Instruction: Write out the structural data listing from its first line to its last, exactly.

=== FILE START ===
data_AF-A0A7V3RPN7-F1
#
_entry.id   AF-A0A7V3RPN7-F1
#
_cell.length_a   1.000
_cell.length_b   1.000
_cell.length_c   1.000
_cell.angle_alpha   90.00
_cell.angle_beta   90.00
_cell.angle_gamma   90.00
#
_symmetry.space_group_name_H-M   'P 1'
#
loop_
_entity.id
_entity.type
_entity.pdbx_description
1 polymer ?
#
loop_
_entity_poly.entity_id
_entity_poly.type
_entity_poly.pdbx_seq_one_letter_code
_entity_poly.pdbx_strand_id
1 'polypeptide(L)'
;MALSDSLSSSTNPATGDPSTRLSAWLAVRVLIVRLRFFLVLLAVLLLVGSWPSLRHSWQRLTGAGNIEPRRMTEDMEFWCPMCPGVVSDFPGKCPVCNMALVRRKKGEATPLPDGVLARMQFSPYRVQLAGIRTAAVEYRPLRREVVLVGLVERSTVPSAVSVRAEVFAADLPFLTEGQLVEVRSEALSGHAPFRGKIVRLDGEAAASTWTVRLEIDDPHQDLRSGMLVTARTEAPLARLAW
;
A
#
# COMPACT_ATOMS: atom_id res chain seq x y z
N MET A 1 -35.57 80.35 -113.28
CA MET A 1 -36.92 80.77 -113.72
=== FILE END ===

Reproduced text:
data_AF-A0A7V3RPN7-F1
#
_entry.id   AF-A0A7V3RPN7-F1
#
_cell.length_a   1.000
_cell.length_b   1.000
_cell.length_c   1.000
_cell.angle_alpha   90.00
_cell.angle_beta   90.00
_cell.angle_gamma   90.00
#
_symmetry.space_group_name_H-M   'P 1'
#
loop_
_entity.id
_entity.type
_entity.pdbx_description
1 polymer ?
#
loop_
_entity_poly.entity_id
_entity_poly.type
_entity_poly.pdbx_seq_one_letter_code
_entity_poly.pdbx_strand_id
1 'polypeptide(L)'
;MALSDSLSSSTNPATGDPSTRLSAWLAVRVLIVRLRFFLVLLAVLLLVGSWPSLRHSWQRLTGAGNIEPRRMTEDMEFWCPMCPGVVSDFPGKCPVCNMALVRRKKGEATPLPDGVLARMQFSPYRVQLAGIRTAAVEYRPLRREVVLVGLVERSTVPSAVSVRAEVFAADLPFLTEGQLVEVRSEALSGHAPFRGKIVRLDGEAAASTWTVRLEIDDPHQDLRSGMLVTARTEAPLARLAW
;
A
#
# COMPACT_ATOMS: atom_id res chain seq x y z
N MET A 1 -35.57 80.35 -113.28
CA MET A 1 -36.92 80.77 -113.72